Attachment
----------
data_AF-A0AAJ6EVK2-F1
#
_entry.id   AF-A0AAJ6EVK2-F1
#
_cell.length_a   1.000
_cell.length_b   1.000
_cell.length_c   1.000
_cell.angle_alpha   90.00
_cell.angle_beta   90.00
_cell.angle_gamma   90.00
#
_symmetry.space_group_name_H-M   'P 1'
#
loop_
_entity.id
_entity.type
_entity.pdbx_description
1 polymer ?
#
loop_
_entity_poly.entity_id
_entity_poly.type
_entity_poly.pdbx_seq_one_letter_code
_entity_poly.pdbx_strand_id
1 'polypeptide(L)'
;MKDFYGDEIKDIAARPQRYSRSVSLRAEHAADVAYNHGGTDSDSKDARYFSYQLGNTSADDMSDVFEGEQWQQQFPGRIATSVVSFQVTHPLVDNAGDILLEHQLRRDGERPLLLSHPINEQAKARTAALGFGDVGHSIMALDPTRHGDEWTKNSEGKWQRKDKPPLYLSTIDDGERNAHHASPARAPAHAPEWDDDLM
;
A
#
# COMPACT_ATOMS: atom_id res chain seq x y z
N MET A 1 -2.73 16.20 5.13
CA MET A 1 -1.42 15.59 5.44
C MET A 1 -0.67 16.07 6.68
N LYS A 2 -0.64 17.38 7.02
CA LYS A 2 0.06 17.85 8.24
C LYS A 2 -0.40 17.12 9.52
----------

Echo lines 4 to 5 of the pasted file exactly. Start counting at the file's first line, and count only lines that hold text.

#
_cell.length_a   1.000